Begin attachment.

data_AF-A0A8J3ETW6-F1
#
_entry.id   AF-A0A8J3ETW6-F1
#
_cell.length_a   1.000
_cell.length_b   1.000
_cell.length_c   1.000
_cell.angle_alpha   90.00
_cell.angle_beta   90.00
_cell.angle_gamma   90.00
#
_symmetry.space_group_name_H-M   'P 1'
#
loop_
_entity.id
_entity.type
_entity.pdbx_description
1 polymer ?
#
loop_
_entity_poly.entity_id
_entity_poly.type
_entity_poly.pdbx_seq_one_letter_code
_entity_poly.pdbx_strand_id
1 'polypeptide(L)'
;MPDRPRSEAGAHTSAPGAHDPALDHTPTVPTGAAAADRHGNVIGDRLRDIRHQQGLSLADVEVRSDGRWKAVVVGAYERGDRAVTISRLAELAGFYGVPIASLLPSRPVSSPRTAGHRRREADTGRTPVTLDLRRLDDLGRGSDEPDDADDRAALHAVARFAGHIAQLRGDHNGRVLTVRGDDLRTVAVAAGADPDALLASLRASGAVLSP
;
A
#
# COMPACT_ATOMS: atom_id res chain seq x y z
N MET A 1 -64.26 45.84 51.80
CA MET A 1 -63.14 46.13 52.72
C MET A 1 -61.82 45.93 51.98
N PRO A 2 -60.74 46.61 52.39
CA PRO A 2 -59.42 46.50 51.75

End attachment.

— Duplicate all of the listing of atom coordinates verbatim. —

data_AF-A0A8J3ETW6-F1
#
_entry.id   AF-A0A8J3ETW6-F1
#
_cell.length_a   1.000
_cell.length_b   1.000
_cell.length_c   1.000
_cell.angle_alpha   90.00
_cell.angle_beta   90.00
_cell.angle_gamma   90.00
#
_symmetry.space_group_name_H-M   'P 1'
#
loop_
_entity.id
_entity.type
_entity.pdbx_description
1 polymer ?
#
loop_
_entity_poly.entity_id
_entity_poly.type
_entity_poly.pdbx_seq_one_letter_code
_entity_poly.pdbx_strand_id
1 'polypeptide(L)'
;MPDRPRSEAGAHTSAPGAHDPALDHTPTVPTGAAAADRHGNVIGDRLRDIRHQQGLSLADVEVRSDGRWKAVVVGAYERGDRAVTISRLAELAGFYGVPIASLLPSRPVSSPRTAGHRRREADTGRTPVTLDLRRLDDLGRGSDEPDDADDRAALHAVARFAGHIAQLRGDHNGRVLTVRGDDLRTVAVAAGADPDALLASLRASGAVLSP
;
A
#
# COMPACT_ATOMS: atom_id res chain seq x y z
N MET A 1 -64.26 45.84 51.80
CA MET A 1 -63.14 46.13 52.72
C MET A 1 -61.82 45.93 51.98
N PRO A 2 -60.74 46.61 52.39
CA PRO A 2 -59.42 46.50 51.75